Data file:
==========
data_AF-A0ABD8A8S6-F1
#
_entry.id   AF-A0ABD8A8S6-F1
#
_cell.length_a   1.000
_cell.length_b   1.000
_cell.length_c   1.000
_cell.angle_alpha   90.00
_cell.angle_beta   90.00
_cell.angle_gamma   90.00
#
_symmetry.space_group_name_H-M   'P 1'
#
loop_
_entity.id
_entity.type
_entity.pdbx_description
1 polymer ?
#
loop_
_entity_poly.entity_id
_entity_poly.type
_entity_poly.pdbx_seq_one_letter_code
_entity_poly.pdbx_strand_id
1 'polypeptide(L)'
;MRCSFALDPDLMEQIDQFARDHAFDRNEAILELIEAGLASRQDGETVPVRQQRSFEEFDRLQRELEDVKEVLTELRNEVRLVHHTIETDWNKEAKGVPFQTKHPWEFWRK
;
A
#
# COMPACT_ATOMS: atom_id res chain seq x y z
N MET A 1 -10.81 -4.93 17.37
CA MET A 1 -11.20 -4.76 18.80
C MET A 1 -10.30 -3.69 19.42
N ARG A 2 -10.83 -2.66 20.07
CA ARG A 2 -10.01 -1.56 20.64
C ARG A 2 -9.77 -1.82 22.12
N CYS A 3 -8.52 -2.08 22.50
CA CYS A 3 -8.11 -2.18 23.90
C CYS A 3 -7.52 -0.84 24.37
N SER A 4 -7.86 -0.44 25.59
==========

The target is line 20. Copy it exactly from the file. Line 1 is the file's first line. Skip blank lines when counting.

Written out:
loop_